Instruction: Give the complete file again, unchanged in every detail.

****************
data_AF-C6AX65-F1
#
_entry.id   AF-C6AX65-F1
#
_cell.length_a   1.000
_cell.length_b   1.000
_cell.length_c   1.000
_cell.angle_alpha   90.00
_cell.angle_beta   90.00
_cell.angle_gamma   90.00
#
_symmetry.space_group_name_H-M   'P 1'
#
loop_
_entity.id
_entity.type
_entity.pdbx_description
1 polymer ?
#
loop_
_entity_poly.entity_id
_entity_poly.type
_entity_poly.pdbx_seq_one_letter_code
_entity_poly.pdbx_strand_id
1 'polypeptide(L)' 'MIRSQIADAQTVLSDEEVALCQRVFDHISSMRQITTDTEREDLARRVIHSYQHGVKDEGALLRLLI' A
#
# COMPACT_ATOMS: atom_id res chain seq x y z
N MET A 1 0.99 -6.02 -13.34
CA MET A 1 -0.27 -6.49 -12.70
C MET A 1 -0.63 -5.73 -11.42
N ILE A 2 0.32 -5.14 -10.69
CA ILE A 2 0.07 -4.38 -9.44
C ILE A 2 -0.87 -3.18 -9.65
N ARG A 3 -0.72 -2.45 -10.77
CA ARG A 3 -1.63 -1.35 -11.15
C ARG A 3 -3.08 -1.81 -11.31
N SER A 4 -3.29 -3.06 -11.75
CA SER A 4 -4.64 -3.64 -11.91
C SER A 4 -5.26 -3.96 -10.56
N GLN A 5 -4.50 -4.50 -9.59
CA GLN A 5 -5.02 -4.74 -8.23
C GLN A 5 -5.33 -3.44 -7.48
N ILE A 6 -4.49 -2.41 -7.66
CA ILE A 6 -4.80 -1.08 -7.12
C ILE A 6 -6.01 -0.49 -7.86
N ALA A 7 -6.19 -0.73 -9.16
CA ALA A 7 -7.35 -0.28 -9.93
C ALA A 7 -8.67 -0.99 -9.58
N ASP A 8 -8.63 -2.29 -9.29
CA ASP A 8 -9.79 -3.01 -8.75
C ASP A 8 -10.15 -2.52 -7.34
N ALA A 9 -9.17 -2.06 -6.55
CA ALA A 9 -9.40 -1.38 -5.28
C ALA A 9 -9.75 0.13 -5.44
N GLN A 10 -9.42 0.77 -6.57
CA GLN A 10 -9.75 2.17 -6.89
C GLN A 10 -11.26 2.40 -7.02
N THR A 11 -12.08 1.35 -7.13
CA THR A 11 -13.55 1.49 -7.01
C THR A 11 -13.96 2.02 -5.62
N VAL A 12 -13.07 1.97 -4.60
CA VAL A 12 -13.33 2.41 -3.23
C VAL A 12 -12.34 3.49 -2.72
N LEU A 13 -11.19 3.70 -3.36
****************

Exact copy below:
data_AF-C6AX65-F1
#
_entry.id   AF-C6AX65-F1
#
_cell.length_a   1.000
_cell.length_b   1.000
_cell.length_c   1.000
_cell.angle_alpha   90.00
_cell.angle_beta   90.00
_cell.angle_gamma   90.00
#
_symmetry.space_group_name_H-M   'P 1'
#
loop_
_entity.id
_entity.type
_entity.pdbx_description
1 polymer ?
#
loop_
_entity_poly.entity_id
_entity_poly.type
_entity_poly.pdbx_seq_one_letter_code
_entity_poly.pdbx_strand_id
1 'polypeptide(L)' 'MIRSQIADAQTVLSDEEVALCQRVFDHISSMRQITTDTEREDLARRVIHSYQHGVKDEGALLRLLI' A
#
# COMPACT_ATOMS: atom_id res chain seq x y z
N MET A 1 0.99 -6.02 -13.34
CA MET A 1 -0.27 -6.49 -12.70
C MET A 1 -0.63 -5.73 -11.42
N ILE A 2 0.32 -5.14 -10.69
CA ILE A 2 0.07 -4.38 -9.44
C ILE A 2 -0.87 -3.18 -9.65
N ARG A 3 -0.72 -2.45 -10.77
CA ARG A 3 -1.63 -1.35 -11.15
C ARG A 3 -3.08 -1.81 -11.31
N SER A 4 -3.29 -3.06 -11.75
CA SER A 4 -4.64 -3.64 -11.91
C SER A 4 -5.26 -3.96 -10.56
N GLN A 5 -4.50 -4.50 -9.59
CA GLN A 5 -5.02 -4.74 -8.23
C GLN A 5 -5.33 -3.44 -7.48
N ILE A 6 -4.49 -2.41 -7.66
CA ILE A 6 -4.80 -1.08 -7.12
C ILE A 6 -6.01 -0.49 -7.86
N ALA A 7 -6.19 -0.73 -9.16
CA ALA A 7 -7.35 -0.28 -9.93
C ALA A 7 -8.67 -0.99 -9.58
N ASP A 8 -8.63 -2.29 -9.29
CA ASP A 8 -9.79 -3.01 -8.75
C ASP A 8 -10.15 -2.52 -7.34
N ALA A 9 -9.17 -2.06 -6.55
CA ALA A 9 -9.40 -1.38 -5.28
C ALA A 9 -9.75 0.13 -5.44
N GLN A 10 -9.42 0.77 -6.57
CA GLN A 10 -9.75 2.17 -6.89
C GLN A 10 -11.26 2.40 -7.02
N THR A 11 -12.08 1.35 -7.13
CA THR A 11 -13.55 1.49 -7.01
C THR A 11 -13.96 2.02 -5.62
N VAL A 12 -13.07 1.97 -4.60
CA VAL A 12 -13.33 2.41 -3.23
C VAL A 12 -12.34 3.49 -2.72
N LEU A 13 -11.19 3.70 -3.36